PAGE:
[quote]Nominal Prospect wrote:
During the movement, the dumbells dig into your sides unless you forcefully contract your lats and hold your arms a few inches away from your body.[/quote]
I’m no expert… but I’m pretty sure the lats are not a shoulder abductor.
The bigger the dumbells, the more difficult this becomes. Doing a partial iron cross hold with heavy dumbells’s is no joke. Doing it while simultaneously front squatting elevates the difficulty to a whole other level.[/quote]
Maybe if you were front squatting that would be the case, but I don’t think holding them at your side qualifies.
You can’t hitch the 'bells up and ride them up your legs as you would a bar.[/quote]
Umm… why COULDN’T you hitch when doing this movement? Besides, when the hell do you ride a bar up your legs?
There’s no shortening the ROM by taking a wide stance, because your knees have to be close enough to let the DB’s pass on the ascent.[/quote]
I’ll give you that, although I don’t think squatting with a narrow stance is neccessarily a good thing for athletes.
The heavier the weight, the narrower stance you must take. So you are forced to do a quad-dominant, a2g squat, [/quote]
Maybe it’s just my monkey arms, but I get nowhere near ATG when doing this. The bells hit the floor about 6" or so before I get to the fully bottom position.
that is even more difficult than it would be with a bar because you have to grip the load and you cannot heave it up with your back as easily as a bar.[/quote]
That’s the only thing more difficult about this, you have to grip the weight while you do it. Your grip is going to give out long before you get to a weight that would be able to do much of anything for your leg strength. And how exactly can you not “heave it up with your back as easily”? Just… straighten you legs earlier. In fact, I would say it’s MUCH EASIER to good-morning this one up then with a barbell. Shit, just ask anybody to pick up a light dumbell and look what they do: all back.
Bars are inferior to dumbbells. They allow people to use various tricks to shorten their ROM and lift more weight without actually getting stronger. The bells don’t give people the same opportunity. That’s why I said this exercise would hit powerlifters the hardest.[/quote]
Damn… so that’s been the problem with all those powerlifters. They haven’t actually gotten stronger, they only squat 600+ by shortening their ROM! Give 'em some 50 pound dumbells and they’ll fall right over!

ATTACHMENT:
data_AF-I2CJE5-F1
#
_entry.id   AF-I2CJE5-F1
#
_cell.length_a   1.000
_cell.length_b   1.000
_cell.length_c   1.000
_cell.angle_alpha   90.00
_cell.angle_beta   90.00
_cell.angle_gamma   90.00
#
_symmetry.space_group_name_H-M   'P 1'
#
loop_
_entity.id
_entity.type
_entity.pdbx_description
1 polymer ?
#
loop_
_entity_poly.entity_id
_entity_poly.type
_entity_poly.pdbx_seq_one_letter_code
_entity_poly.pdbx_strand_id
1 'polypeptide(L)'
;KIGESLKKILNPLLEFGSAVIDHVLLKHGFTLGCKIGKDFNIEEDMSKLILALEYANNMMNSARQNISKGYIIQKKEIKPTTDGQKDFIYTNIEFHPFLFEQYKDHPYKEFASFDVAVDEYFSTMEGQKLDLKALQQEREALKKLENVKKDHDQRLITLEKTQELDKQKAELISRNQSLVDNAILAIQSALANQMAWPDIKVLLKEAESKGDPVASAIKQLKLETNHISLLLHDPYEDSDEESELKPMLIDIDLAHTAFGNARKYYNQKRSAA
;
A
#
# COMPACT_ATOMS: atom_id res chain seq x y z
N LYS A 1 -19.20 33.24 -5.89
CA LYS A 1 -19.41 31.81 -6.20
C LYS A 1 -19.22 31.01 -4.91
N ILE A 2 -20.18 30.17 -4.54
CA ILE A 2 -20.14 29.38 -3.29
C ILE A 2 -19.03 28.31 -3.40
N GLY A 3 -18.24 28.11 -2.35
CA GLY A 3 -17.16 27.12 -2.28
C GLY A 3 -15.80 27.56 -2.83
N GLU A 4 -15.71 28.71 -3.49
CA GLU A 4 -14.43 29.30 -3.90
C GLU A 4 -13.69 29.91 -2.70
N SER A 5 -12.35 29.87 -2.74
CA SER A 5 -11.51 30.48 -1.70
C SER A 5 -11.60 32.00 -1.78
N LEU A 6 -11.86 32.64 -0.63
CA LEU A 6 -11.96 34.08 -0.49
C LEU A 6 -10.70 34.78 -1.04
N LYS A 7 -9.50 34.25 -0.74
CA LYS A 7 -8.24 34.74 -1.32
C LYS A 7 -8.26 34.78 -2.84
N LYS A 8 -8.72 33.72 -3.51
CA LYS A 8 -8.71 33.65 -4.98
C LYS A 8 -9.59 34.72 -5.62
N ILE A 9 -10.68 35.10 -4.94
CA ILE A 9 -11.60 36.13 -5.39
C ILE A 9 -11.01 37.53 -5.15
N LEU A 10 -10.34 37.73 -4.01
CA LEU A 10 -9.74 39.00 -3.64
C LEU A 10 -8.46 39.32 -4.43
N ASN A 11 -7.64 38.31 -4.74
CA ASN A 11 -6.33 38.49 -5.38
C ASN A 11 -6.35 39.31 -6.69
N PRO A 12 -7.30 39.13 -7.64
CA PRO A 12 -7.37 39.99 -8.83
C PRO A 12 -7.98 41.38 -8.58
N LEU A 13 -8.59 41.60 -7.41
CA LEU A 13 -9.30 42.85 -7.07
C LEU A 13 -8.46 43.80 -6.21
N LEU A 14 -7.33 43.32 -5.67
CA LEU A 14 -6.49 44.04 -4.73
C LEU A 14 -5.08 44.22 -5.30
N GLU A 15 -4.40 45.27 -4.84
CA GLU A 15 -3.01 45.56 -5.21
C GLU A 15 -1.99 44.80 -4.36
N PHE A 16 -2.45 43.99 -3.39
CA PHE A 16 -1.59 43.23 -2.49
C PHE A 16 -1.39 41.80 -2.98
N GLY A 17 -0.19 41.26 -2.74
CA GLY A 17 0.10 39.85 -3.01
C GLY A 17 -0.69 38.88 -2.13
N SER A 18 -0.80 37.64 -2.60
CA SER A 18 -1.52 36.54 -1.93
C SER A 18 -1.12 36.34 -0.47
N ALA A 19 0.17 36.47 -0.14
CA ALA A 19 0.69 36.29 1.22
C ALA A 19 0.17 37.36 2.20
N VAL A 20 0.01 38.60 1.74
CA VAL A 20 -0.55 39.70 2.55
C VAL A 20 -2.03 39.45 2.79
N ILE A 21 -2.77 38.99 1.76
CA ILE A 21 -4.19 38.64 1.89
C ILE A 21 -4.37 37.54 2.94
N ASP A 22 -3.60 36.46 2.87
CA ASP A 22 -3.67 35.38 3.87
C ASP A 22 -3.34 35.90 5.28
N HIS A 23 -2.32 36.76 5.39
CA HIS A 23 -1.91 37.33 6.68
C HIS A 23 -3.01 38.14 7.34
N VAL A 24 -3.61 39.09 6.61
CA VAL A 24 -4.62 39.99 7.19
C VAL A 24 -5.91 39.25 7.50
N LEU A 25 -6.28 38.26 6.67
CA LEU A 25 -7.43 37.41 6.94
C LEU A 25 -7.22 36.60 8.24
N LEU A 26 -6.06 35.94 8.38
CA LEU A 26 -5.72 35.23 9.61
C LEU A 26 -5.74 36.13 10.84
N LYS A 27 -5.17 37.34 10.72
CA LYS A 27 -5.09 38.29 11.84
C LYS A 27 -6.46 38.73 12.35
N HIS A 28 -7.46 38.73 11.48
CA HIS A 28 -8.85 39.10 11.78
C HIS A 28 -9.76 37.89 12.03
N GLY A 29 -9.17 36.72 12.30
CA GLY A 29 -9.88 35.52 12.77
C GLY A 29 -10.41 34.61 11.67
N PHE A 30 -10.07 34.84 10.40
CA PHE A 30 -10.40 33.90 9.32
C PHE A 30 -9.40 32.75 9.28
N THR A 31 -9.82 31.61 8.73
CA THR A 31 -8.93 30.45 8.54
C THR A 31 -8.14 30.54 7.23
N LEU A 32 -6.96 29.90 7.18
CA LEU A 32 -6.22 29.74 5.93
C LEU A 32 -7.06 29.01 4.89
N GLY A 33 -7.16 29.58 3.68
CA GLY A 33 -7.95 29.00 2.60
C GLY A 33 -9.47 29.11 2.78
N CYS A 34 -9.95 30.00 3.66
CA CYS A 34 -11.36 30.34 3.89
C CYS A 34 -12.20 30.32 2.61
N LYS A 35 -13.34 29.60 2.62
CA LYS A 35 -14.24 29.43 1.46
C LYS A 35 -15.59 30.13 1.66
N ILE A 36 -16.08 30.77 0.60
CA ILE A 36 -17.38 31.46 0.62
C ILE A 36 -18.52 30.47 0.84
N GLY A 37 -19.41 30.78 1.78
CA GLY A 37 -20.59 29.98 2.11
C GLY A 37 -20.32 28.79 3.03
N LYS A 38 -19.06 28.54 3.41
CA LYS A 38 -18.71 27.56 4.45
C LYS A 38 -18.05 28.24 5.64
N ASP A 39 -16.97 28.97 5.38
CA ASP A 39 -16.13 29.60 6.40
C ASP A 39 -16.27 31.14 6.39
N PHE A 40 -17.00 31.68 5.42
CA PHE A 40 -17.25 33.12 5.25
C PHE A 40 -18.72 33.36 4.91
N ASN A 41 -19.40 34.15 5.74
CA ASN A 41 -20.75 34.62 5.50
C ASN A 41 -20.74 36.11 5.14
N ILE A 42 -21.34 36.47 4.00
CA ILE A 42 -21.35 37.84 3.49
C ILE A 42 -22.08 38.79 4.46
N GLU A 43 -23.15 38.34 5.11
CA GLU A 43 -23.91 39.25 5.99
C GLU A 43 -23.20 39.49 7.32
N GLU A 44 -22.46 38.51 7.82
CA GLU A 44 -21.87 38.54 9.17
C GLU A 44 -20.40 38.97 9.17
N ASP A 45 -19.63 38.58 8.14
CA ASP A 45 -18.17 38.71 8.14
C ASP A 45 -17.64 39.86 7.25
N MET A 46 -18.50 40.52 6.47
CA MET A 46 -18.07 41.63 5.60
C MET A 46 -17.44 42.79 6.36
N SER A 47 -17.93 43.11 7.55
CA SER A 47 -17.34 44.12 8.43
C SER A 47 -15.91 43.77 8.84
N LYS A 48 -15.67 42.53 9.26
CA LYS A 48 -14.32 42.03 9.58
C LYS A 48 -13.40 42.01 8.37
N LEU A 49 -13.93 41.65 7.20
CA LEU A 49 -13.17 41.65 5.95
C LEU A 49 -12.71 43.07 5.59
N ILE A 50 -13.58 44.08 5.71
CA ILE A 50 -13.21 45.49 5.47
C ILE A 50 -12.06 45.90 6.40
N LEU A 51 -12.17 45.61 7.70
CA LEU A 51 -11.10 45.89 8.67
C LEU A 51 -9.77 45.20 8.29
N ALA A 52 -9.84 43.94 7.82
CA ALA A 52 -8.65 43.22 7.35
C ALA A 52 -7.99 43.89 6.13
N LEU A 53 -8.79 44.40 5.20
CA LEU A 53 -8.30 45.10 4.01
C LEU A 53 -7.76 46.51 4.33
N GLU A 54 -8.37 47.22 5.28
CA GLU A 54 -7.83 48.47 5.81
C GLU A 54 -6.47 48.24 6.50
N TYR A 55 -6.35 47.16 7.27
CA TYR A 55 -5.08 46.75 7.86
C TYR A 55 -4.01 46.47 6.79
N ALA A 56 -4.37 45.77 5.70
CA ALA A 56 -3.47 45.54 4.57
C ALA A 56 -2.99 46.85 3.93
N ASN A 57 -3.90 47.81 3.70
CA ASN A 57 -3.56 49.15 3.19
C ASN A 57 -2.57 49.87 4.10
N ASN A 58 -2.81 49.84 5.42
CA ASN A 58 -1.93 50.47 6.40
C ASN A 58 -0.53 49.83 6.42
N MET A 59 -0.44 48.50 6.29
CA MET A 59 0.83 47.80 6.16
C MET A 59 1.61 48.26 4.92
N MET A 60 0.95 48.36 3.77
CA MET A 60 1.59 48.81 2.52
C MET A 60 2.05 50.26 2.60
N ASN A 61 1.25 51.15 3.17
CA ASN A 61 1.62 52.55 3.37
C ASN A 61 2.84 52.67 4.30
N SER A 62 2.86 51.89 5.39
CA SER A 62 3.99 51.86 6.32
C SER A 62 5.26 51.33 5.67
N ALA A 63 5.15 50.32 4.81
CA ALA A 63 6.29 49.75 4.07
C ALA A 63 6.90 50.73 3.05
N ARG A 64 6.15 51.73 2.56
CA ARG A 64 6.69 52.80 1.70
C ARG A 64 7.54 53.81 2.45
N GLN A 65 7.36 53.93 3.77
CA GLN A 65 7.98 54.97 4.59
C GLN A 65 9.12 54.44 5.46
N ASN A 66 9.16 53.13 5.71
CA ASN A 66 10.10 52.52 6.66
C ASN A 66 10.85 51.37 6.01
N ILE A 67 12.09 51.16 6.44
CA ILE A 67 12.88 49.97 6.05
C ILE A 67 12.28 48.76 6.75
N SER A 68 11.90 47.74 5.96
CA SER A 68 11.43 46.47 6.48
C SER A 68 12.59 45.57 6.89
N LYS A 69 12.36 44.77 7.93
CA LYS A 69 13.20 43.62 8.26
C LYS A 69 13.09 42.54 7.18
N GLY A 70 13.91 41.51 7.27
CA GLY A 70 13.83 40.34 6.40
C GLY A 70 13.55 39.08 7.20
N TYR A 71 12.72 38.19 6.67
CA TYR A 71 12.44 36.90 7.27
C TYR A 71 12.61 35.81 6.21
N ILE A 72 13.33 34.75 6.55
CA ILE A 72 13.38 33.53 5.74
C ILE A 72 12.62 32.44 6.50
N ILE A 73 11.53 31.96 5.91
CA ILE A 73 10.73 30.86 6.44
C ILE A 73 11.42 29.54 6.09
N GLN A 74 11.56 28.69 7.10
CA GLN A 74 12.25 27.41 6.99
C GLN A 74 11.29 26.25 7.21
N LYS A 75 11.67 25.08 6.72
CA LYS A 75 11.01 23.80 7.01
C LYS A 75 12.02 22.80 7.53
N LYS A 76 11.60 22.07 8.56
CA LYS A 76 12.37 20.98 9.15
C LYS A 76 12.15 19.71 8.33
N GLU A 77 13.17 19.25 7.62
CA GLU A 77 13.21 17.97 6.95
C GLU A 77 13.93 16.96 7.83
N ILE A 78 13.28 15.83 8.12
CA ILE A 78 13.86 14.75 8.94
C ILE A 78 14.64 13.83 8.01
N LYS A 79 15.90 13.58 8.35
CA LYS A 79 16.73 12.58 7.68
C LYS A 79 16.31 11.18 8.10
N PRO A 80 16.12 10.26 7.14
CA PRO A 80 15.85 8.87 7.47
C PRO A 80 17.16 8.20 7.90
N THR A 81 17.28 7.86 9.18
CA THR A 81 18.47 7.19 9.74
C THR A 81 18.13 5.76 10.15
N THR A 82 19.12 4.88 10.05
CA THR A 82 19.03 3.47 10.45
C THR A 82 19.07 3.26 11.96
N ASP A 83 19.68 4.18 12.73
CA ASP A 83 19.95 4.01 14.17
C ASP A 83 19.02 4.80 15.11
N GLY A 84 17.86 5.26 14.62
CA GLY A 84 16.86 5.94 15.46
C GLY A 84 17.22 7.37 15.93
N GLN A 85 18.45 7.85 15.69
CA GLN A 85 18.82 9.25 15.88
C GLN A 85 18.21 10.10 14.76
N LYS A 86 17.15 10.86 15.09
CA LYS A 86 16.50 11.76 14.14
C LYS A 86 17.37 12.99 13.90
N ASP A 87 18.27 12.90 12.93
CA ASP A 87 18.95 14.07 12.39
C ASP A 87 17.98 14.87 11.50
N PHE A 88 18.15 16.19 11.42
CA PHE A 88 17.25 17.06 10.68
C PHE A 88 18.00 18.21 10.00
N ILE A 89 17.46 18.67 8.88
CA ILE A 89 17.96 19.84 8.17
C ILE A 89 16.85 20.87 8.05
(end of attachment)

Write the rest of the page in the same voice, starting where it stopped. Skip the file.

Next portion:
Balance & flexibility are heavily called into play, just look at the extreme position of the girl when she reaches the bottom.[/quote]
WTF is the “extreme position” of which you speak? It looks like she’s about 4-5" below parallel and practically doubled over at the waist.
Think some barely-able-to-walk fat lifter with a 50" gut could do that? [/quote]
Yes… yes as a matter of fact I do.
Also it [obviously] involves core strength, aerobic capacity, and more. Basically, if a modality exists in the field strength & conditioning, it can be trained with this exercise. It can be used to train sprinters and bodybuilders and weight lifters and everyone in between.[/quote]
No… no it OBVIOUSLY does NOT neccessarily involve aerobic capacity. Do you know what “aerobic capacity” is? Do one rep of those and tell me how much of your aerobic capacity was used. I suppose sprinters and bodybuilders could both use these, but the last I checked most of them are doing just fine with more useful exercises such as barbell squats.
I almost feel like this post was a joke, you said so much stuff that was just… retarded. I don’t understand. There’s nothing magical about a damned dumbell squat. They’re good for some things, such as a change of pace, a way to get the bar of the back (although I’d say belt squats would be superior if you have access) and work on some grip and core strength. However, your grip is going to give out before you get to meaningful weight and you’re definity MORE likely to hurt yourself doing these because the natural inclination is to let the dumbells drift out front and straighten the legs too early and lift it with your back.
Some of the things you’ve said have made me honestly question whether you’ve actually done a dumbell squat before.